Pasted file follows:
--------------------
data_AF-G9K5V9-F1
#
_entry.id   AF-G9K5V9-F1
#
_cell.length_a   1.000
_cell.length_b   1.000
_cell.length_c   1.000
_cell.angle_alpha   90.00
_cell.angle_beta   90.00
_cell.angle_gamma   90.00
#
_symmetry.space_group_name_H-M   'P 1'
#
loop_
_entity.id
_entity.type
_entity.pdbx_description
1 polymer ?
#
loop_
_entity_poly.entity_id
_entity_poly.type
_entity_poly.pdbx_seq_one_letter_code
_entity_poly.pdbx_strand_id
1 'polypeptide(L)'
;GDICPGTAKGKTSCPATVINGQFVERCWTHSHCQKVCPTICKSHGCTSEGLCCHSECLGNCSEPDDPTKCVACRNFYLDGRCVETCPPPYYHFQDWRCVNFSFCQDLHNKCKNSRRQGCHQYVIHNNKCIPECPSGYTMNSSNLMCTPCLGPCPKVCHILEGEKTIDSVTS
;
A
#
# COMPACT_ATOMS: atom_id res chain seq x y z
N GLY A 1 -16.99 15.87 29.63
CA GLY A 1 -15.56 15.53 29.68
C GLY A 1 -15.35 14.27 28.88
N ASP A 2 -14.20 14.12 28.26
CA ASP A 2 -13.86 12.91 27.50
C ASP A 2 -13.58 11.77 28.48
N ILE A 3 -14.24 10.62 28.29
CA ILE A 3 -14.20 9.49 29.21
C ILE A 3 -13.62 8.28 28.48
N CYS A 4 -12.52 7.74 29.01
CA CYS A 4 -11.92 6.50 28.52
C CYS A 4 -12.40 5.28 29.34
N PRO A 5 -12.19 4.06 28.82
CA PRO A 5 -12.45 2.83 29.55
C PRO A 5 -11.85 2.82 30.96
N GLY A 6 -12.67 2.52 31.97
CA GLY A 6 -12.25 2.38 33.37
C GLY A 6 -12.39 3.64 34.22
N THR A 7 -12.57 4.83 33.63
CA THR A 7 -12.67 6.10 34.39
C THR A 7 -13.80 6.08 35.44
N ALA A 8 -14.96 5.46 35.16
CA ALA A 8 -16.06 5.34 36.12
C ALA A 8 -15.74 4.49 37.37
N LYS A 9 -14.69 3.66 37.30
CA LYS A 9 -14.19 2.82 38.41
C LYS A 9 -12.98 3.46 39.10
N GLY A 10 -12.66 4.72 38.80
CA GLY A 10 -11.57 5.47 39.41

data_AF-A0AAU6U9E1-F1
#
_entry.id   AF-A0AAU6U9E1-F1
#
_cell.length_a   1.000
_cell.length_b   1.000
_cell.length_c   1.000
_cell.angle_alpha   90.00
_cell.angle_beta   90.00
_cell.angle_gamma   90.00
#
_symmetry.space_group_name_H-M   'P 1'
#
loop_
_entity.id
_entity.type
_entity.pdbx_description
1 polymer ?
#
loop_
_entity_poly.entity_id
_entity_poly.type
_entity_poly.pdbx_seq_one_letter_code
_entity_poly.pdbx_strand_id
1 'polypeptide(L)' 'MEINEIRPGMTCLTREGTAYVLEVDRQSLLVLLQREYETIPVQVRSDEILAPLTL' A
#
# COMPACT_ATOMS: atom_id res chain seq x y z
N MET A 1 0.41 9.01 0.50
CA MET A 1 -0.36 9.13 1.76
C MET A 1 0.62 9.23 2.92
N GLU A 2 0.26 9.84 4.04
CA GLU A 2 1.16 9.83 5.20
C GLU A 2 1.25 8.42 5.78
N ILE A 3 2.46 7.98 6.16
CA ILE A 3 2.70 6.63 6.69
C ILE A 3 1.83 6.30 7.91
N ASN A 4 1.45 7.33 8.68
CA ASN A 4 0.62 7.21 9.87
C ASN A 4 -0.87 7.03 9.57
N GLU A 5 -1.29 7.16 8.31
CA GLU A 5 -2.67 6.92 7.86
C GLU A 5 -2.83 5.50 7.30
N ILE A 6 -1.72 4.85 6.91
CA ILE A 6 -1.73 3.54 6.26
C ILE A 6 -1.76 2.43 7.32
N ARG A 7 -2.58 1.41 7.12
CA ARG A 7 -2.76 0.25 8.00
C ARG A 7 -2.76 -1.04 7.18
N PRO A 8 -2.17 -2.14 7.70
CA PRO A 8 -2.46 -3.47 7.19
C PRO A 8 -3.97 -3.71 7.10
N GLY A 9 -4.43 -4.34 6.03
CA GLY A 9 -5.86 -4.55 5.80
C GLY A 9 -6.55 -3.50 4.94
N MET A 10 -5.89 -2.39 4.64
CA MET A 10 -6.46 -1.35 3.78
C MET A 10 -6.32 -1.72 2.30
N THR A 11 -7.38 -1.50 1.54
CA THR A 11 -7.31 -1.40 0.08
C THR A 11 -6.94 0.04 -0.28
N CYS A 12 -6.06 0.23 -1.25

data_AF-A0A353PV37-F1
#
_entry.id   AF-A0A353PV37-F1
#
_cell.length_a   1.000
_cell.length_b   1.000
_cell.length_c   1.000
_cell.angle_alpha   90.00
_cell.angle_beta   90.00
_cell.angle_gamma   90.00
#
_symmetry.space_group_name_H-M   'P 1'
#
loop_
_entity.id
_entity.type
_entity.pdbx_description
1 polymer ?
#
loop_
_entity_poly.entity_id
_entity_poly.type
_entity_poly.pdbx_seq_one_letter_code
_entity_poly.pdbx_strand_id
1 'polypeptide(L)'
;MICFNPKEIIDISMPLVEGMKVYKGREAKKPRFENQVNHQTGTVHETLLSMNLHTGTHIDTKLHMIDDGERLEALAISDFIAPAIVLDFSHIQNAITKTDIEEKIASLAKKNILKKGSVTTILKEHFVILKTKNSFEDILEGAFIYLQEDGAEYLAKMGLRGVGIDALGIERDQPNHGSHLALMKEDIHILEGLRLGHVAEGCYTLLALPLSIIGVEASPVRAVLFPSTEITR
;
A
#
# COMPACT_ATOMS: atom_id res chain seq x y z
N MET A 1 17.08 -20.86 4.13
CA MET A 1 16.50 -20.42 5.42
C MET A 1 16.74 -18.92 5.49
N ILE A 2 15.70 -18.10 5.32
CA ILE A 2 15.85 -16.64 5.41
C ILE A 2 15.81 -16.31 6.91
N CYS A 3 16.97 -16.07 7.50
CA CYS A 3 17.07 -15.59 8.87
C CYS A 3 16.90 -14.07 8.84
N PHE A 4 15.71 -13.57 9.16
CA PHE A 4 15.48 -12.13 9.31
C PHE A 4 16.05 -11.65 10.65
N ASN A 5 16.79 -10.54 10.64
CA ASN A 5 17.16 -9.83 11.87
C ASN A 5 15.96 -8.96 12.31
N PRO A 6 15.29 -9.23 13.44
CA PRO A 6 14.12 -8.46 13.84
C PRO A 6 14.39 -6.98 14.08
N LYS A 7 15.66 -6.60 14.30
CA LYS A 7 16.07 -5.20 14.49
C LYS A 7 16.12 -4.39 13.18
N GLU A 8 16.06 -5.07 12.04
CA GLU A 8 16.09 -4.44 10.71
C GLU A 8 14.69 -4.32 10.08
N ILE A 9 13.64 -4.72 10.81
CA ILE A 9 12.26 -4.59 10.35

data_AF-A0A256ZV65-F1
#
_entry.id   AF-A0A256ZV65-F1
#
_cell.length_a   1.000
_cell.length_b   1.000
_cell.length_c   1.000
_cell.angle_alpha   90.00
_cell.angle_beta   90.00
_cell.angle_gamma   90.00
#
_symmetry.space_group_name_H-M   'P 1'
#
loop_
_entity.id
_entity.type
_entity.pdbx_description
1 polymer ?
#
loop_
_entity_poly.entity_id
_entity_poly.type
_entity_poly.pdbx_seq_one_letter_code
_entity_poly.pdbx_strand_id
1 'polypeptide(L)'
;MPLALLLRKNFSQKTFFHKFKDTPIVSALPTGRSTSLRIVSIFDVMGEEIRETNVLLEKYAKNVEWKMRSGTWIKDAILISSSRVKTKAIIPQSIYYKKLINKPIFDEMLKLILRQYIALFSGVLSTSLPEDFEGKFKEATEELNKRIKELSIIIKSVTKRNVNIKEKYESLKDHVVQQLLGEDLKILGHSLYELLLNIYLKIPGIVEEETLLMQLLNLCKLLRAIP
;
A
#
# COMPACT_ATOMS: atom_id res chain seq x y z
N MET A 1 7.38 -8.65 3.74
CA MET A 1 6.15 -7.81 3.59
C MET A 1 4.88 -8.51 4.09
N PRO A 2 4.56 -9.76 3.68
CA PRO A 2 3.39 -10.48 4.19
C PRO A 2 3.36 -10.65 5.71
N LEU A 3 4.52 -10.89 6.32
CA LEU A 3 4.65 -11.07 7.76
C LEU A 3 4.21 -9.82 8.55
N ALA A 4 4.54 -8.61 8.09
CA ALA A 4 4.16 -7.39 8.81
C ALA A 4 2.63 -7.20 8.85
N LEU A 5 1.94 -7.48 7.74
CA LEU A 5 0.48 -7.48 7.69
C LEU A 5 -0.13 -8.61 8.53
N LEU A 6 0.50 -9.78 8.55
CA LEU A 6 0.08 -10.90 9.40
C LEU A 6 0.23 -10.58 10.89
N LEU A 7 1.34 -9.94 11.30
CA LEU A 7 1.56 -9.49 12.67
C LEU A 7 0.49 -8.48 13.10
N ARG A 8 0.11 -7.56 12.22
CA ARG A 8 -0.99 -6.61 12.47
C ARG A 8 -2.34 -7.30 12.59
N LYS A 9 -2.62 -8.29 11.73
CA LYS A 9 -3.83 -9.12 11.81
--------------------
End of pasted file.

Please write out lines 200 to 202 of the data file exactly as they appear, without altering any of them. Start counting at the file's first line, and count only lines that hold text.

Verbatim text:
_entity_poly.pdbx_strand_id
1 'polypeptide(L)'
;MPLALLLRKNFSQKTFFHKFKDTPIVSALPTGRSTSLRIVSIFDVMGEEIRETNVLLEKYAKNVEWKMRSGTWIKDAILISSSRVKTKAIIPQSIYYKKLINKPIFDEMLKLILRQYIALFSGVLSTSLPEDFEGKFKEATEELNKRIKELSIIIKSVTKRNVNIKEKYESLKDHVVQQLLGEDLKILGHSLYELLLNIYLKIPGIVEEETLLMQLLNLCKLLRAIP